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    They can pass whatever they want in the NYS Congress but those are the same “restrictions” that lead to the decision. Character references were already in effect, as was social media in a few places. You see the whole “may issue thing” is the problem. This “to determine” your character is way to subjective and will not hold up. They are ****ing in the wind. Won’t pass muster.
     
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  15. GEM

    GEM Moderator Emeritus

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    I'll return to the issue of not legislating from the bench. That might have been true in the fantasy world of Justices Breyer and Barrett saying they are not political animals. Just going by the 'law'. No, they are chosen and confirmed in today's world to carry out decisions that have social policy effects. They interact with legislation to enact or remove social policies.

    Their personal values (for which they are chosen) drive their decision. The legal precedents that fill pages are just selective information processing and confirmation bias after the fact to justify and defend their political/social world view. That we get such disparate opinions on social issues are clear evidence that is the process in play.

    Justice Thomas had to chime in on gay marriage and sodomy. Why - his personal biases and indicating how he would 'legislate' if he had the chance. That he was just expressing a neutral bias on legal issue is naive or disingenuous at best.

    Thomas had opined in the past that the 2A was being mistreated in the lower courts. Occam's razor (carried concealed) still suggests to me that he was not worried about legislating from the bench, he was concerned with the 2A, but rather - he was out thought on the counter-punch. Can Scotus deal with this in real time or wander off into something else?
     
  16. heyjoe

    heyjoe Member

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    the social media thing really rankles me. what a terrible precedent to set. it must be struck down.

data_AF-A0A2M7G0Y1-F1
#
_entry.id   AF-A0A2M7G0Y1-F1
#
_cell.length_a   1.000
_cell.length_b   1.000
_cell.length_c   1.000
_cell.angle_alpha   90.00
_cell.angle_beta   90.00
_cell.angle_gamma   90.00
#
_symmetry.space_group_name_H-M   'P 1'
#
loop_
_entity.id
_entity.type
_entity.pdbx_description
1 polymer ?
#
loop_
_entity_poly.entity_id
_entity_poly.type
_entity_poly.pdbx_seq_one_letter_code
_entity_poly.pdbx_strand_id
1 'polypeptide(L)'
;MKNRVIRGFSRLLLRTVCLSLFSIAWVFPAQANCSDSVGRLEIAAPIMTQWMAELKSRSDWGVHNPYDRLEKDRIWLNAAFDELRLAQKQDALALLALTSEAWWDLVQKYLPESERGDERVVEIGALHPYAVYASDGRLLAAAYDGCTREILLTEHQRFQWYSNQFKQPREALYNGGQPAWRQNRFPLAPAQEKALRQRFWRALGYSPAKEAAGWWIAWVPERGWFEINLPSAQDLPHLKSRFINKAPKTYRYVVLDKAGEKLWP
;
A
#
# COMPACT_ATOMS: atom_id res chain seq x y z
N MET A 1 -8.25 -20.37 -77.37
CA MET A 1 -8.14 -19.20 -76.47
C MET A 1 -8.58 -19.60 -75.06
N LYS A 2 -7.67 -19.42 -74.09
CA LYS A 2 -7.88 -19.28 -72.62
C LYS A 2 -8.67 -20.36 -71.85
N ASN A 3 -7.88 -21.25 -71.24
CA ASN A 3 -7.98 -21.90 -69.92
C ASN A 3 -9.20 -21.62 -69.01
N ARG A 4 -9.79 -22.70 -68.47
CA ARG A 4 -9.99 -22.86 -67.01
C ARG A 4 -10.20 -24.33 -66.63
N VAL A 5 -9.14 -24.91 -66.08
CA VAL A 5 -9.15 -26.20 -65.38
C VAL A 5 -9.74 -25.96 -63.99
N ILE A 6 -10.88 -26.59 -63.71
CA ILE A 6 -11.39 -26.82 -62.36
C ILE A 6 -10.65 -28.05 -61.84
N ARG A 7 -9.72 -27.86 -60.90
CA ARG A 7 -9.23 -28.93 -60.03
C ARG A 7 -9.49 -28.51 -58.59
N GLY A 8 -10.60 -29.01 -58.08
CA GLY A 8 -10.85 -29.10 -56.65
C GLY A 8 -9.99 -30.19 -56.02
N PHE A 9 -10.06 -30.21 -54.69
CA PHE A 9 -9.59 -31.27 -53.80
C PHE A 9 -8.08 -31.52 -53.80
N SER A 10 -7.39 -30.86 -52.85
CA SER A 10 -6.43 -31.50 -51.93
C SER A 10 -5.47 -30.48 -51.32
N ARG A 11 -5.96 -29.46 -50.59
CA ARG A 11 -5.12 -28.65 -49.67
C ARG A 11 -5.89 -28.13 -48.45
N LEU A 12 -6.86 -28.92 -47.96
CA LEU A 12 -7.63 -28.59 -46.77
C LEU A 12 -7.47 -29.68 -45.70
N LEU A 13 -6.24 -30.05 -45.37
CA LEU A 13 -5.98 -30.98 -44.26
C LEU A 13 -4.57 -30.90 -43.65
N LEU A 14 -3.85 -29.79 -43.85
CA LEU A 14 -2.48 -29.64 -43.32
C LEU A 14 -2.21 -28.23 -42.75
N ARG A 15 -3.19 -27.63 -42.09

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  17. kje54

    kje54 Member

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    Here:

    https://www.cliffsnotes.com/study-guides/american-government/the-judiciary/the-supreme-court-in-operation
     
  18. GEM

    GEM Moderator Emeritus

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    Oh, wow - President Biden sends in the National Guard to issue shall-issue permits across the land in the states that deny them, of course - if Scotus undoes the NYS new nonsense. Governor H. stands in the door of the county clerk! Sorry.
     
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  19. LiveLife

    LiveLife Member

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    Since this is "Legal", I am going to put my "Average layperson" disclaimer ...

    You are both correct.

    The legislative branch writes bills and the executive branch signs these bills into laws. But the judicial branch exists to rule whether actions of two other branches are constitutional.

    Since current executive and some in legislative branch don't support recent Supreme Court decisions, "We the People" will have to wait for the 2022/2024 elections for full enforcement of Supreme Court rulings if/when we would have executive/legislative branches that support the Supreme Court rulings. (In the meantime, expect flurry of executive/legislative activities to introduce more anti-gun laws which is already happening)

    This is what justice Gorsuch said about Bill of Rights, enforcement and government powers (More at link) - https://www.thehighroad.org/index.php?threads/a-great-interview-with-justice-gorsuch-with-question-on-the-second-amendment.856201/

    "Bill of Rights and liberty ... Bill of Right is a set of promises on paper ... What makes a promise worth the words on paper is the enforcement mechanisms behind it ... Our Bill of Rights is excellent."

    ... Judges are the backstop to ensure rights and liberties, that is our job

    I am an originalist ... We have a written constitution that our founder wrote down ... They made a charter among 'We the people' ... This is what we agreed to as to what the government's powers are and what they are not ... What our rights are. Originalists ... honor what's written there. Honor those words ... Don't make stuff up and don't take things away. That's the idea"​

    And even CNN supports this - https://www.cnn.com/2022/07/01/politics/what-is-the-supreme-court-how-does-it-work/index.html

    What does the Supreme Court do? ... the court decides if laws and government actions are constitutional and outlines the breadth and limits of government.

    Are Supreme Court decisions final? ... Yes, in the sense that they can’t be overturned by another body.

    Can Congress overrule decisions? ... Not directly, but Congress can pass laws that respond to rulings.​